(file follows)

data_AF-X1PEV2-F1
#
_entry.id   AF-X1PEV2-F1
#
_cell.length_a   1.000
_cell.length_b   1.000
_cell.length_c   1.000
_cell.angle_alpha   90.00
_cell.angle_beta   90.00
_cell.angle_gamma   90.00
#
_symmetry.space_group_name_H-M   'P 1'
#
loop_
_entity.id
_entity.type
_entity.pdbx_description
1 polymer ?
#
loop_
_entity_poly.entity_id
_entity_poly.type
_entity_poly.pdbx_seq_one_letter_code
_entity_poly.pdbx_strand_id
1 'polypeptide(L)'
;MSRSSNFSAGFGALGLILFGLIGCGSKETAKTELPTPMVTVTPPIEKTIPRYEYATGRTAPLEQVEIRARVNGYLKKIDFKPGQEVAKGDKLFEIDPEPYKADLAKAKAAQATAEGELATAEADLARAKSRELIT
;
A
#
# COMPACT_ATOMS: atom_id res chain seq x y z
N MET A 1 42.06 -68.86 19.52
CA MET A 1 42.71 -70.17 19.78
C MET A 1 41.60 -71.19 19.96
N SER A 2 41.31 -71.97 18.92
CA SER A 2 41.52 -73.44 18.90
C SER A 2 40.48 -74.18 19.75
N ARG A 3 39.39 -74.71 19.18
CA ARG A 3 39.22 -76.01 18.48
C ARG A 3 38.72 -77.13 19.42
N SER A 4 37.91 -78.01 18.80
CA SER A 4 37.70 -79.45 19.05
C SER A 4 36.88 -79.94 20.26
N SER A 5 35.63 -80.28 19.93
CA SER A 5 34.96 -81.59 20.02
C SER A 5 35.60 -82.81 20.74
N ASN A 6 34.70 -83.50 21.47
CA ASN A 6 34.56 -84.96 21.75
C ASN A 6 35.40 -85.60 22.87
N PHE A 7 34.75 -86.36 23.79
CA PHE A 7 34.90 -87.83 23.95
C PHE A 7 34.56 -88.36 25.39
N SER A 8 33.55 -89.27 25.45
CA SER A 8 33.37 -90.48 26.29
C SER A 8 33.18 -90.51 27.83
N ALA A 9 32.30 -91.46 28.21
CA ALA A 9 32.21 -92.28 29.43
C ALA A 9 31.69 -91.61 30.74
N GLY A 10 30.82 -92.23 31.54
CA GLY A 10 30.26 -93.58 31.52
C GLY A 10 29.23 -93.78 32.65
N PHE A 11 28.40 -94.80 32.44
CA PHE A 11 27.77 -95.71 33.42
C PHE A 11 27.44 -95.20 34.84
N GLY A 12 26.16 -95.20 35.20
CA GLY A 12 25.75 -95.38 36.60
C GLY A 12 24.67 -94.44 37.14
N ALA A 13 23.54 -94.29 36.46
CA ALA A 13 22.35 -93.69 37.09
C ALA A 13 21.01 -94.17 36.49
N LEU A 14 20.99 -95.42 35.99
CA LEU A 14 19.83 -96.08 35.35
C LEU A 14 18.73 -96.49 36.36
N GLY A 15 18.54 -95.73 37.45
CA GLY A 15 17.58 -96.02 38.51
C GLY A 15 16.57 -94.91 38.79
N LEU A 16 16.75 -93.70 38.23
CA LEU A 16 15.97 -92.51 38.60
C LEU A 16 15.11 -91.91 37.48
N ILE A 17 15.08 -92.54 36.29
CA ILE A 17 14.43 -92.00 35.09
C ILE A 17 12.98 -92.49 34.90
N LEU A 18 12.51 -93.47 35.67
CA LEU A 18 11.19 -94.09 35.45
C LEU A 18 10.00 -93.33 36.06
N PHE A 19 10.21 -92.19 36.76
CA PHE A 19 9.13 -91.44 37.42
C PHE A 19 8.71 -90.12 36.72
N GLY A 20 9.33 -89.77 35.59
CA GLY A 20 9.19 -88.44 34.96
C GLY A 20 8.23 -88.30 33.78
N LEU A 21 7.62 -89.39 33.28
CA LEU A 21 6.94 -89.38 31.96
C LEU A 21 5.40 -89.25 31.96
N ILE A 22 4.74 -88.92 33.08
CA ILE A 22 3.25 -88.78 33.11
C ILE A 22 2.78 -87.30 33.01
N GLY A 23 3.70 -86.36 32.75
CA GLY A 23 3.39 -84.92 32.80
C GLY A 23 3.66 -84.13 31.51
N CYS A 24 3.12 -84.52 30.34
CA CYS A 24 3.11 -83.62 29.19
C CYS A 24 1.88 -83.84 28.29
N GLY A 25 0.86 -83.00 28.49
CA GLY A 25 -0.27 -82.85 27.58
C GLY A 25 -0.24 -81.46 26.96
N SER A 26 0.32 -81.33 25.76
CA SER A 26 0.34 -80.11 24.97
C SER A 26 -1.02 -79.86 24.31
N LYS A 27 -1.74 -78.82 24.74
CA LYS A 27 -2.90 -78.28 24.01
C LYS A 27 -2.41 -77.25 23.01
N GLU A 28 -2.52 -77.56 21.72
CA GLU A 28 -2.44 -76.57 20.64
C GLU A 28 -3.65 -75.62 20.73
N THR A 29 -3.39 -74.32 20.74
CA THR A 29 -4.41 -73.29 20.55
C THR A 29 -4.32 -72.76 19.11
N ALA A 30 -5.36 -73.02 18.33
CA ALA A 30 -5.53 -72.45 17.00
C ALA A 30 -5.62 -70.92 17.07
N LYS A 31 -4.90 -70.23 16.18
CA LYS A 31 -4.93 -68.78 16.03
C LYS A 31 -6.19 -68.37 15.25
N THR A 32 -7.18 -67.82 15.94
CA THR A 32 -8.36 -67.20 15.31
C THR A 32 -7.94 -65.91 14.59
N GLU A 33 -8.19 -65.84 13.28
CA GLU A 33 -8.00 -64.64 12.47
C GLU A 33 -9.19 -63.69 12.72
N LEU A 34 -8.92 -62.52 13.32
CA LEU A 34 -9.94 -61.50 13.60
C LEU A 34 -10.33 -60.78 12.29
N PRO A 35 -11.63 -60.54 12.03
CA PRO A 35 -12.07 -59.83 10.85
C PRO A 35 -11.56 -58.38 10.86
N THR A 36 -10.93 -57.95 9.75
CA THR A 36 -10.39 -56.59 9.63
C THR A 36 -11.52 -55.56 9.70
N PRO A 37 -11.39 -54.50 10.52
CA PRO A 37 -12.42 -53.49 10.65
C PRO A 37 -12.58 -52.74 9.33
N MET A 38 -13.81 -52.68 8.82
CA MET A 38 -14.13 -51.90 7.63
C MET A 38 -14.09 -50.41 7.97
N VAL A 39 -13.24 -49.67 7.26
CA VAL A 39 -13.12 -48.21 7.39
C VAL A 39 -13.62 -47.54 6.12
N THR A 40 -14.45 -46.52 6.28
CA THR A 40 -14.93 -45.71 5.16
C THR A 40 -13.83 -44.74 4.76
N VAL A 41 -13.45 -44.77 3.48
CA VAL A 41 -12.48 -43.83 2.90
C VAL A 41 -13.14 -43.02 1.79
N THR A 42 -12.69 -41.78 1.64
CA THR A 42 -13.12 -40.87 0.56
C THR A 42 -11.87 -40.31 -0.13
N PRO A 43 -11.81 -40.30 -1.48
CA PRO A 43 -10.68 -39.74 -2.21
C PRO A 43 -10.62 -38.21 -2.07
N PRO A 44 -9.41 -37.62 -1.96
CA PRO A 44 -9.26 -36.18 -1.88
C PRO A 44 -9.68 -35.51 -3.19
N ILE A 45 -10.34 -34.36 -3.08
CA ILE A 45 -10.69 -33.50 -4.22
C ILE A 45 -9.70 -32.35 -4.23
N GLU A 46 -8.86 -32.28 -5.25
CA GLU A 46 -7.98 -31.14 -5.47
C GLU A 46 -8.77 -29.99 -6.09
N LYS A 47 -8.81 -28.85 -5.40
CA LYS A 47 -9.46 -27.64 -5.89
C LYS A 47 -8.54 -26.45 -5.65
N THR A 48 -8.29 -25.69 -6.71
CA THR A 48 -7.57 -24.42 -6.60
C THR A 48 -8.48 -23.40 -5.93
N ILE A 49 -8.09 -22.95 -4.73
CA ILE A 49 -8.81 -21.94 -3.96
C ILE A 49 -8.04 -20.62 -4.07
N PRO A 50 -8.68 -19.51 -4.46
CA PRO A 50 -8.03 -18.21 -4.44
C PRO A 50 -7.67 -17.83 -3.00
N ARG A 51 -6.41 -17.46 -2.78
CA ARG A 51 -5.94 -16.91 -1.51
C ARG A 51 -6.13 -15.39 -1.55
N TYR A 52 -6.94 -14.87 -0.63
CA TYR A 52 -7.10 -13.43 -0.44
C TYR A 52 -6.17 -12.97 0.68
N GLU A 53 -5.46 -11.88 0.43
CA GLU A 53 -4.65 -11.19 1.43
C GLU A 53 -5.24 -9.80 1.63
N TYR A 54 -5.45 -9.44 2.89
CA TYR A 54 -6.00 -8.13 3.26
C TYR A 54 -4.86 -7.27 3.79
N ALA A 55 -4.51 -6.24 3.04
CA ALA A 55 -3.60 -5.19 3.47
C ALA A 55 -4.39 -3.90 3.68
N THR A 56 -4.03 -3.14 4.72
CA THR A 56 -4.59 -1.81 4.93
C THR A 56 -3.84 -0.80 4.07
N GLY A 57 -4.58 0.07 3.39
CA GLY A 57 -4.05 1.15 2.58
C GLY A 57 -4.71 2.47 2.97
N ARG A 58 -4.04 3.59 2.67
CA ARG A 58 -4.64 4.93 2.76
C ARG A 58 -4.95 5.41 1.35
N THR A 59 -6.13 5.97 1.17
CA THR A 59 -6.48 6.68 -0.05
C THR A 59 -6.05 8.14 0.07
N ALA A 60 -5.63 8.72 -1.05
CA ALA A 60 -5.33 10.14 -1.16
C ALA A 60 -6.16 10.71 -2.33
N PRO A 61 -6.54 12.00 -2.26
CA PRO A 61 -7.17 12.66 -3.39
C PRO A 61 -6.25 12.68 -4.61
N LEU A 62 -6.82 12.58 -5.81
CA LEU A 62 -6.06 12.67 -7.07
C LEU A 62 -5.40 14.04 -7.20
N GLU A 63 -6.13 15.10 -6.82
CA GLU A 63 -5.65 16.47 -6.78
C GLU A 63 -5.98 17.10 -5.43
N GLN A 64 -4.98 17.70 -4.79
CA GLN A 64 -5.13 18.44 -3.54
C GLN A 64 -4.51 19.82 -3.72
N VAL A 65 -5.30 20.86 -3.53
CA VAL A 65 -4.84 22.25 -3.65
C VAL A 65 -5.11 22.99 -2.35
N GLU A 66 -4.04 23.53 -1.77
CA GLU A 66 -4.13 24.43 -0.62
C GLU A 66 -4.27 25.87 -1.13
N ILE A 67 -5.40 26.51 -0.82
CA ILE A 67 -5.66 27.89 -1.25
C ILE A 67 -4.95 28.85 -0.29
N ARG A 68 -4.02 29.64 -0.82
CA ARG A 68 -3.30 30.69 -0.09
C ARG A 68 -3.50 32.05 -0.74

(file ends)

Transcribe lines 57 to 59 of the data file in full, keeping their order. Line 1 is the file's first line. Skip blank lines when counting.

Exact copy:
C ALA A 9 31.69 -91.61 30.74
N GLY A 10 30.82 -92.23 31.54
CA GLY A 10 30.26 -93.58 31.52